Hygroscopic Definition in Chemistry

Substances that absorb water are hygroscopic

The puffball mushroom
The puffball mushroom contains the hygroscopic sugar mannitol. When the mushroom absorbs enough water, it puffs up and releases its spores.

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Water is an important solvent, so it's unsurprising that there is a term specifically related to water absorption. A hygroscopic substance is able to absorb or adsorb water from its surroundings. Typically, this occurs at or near ordinary room temperature. Most hygroscopic materials are salts, but many other materials display the property.

How it Works

When water vapor is absorbed, the water molecules are taken into the molecules of the hygroscopic substance, often resulting in physical changes, such as increased volume. Color, boiling point, temperature, and viscosity can also change.

In contrast, when water vapor is adsorbed, the water molecules remain on the surface of the material.

Examples of Hygroscopic Materials

  • Zinc chloride, sodium chloride, and sodium hydroxide crystals are hygroscopic, as are silica gel, honey, nylon, and ethanol.
  • Sulfuric acid is hygroscopic, not only when concentrated but also when reduced down to a concentration of 10% v/v or even lower.
  • Germinating seeds are hygroscopic. After seeds have dried, their outer coating becomes hygroscopic and begins absorbing the moisture required for germination. Some seeds have hygroscopic portions that cause the shape of the seed to change when moisture is absorbed. The seed of Hesperostipa comata twists and untwists, depending on its hydration level, drilling the seed into the soil.
  • Animals can also have characteristic hygroscopic properties. For example, a species of lizard commonly called the thorny dragon has hygroscopic grooves between its spines. Water (dew) condenses on the spines at night and collects in the grooves. The lizard is then able to distribute water across its skin by means of capillary action.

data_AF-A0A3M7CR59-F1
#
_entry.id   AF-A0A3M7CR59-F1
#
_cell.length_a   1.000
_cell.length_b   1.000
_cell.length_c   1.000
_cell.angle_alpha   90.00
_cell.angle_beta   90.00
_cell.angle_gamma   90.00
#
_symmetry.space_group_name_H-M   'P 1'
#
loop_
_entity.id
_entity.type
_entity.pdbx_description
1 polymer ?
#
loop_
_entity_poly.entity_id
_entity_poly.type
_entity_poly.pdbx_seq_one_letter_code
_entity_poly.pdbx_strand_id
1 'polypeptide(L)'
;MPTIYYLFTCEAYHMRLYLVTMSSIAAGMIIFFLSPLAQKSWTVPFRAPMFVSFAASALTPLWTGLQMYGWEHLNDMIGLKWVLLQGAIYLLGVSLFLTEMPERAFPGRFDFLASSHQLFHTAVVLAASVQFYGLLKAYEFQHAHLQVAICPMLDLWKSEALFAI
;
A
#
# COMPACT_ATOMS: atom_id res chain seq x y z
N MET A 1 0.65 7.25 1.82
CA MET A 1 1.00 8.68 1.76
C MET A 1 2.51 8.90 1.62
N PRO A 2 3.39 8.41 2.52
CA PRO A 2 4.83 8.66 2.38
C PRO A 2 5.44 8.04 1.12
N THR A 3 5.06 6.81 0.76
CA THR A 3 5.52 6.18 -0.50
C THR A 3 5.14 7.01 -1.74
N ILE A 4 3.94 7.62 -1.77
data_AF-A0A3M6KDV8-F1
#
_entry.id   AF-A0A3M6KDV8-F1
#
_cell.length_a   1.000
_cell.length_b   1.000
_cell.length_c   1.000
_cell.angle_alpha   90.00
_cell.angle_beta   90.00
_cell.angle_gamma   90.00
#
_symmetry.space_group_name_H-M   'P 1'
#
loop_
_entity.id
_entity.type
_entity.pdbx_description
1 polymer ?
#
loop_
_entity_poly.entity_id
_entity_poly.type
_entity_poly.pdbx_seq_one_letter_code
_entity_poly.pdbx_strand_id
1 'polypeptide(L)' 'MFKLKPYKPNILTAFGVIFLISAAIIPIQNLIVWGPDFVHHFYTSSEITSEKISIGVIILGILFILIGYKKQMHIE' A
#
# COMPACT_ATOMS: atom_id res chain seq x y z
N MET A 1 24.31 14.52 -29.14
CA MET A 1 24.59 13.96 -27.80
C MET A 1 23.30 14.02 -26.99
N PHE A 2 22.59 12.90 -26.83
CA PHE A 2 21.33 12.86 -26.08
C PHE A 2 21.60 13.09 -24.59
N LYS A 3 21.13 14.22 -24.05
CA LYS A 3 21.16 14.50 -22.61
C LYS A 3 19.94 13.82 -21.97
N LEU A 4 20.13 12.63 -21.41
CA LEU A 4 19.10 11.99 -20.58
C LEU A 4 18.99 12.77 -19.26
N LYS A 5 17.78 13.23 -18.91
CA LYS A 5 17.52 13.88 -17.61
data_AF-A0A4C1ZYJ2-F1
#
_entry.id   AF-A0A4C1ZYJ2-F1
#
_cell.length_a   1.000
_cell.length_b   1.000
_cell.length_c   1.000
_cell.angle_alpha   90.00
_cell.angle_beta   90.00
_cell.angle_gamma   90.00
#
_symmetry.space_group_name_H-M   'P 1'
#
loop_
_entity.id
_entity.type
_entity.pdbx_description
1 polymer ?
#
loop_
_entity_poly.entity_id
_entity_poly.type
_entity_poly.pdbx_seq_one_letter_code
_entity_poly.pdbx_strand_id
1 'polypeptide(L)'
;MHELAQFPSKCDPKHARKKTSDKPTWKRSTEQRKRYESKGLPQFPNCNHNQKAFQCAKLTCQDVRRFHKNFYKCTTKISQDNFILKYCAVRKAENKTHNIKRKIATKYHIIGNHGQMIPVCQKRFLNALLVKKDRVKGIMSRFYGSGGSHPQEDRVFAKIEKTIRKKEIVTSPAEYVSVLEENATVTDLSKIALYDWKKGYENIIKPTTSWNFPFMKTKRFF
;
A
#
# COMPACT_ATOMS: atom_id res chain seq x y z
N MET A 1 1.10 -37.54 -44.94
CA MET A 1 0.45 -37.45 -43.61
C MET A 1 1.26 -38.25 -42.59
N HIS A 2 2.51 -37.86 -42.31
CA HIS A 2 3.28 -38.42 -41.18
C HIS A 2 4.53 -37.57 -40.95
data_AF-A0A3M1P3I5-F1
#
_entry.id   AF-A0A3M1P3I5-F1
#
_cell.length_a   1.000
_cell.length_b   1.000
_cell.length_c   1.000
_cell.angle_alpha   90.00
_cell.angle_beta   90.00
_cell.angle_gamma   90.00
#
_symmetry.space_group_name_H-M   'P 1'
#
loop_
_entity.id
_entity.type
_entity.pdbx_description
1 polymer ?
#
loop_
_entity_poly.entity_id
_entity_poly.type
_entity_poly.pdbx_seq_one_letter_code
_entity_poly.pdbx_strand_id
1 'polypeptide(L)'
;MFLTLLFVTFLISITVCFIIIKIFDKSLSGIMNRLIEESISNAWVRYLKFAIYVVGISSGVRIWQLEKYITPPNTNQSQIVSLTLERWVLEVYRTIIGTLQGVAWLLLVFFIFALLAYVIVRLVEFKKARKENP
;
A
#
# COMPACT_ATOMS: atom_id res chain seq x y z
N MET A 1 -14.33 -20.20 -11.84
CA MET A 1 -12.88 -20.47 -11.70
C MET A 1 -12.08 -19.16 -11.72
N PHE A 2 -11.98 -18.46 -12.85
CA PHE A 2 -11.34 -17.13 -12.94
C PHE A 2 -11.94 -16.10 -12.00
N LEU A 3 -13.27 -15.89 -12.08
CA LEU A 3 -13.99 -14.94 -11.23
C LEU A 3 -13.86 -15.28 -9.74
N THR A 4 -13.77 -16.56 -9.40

Hygroscopic vs. Hydroscopic

You might encounter the word "hydroscopic" used in place of "hygroscopic," however, while hydro- is a prefix meaning water, the word "hydroscopic" is a misspelling and is incorrect.

A hydroscope is an instrument used to take deep-sea measurements. A device called a hygroscope in the 1790s was an instrument used to measure humidity levels. The modern name for such a device is a hygrometer.

Hygroscopy and Deliquescence

Hygroscopic and deliquescent materials are both able to absorb moisture from the air. However, hygroscopy and deliquescence don't mean precisely the same thing: Hygroscopic materials absorb moisture, while deliquescent materials absorb moisture to the extent that the substance dissolves in water.

A hygroscopic material will become damp and may stick to itself or become caky, while a deliquescent material will liquefy. Deliquescence may be considered an extreme form of hygroscopy.

Hygroscopy vs. Capillary Action

While capillary action is another mechanism involving the uptake of water, it differs from hygroscopy in that no absorption occurs in the process.

Storing Hygroscopic Materials

Hygroscopic chemicals require special care. Typically, they are stored in airtight containers. They may also be maintained under kerosene, oil, or within a dry atmosphere.

Uses of Hygroscopic Materials

Hygroscopic substances are used to keep products dry or to remove water from an area. They are commonly used in desiccators. Hygroscopic materials may be added to products due to their ability to attract and hold moisture. These substances are referred to as humectants. Examples of humectants used in food, cosmetics, and drugs include salt, honey, ethanol, and sugar.

The Bottom Line

Hygroscopic and deliquescent materials and humectants are all able to absorb moisture from the air. Generally, deliquescent materials are used as desiccants. They dissolve in the water they absorb to yield a liquid solution. Most other hygroscopic materials—which don't dissolve—are called humectants.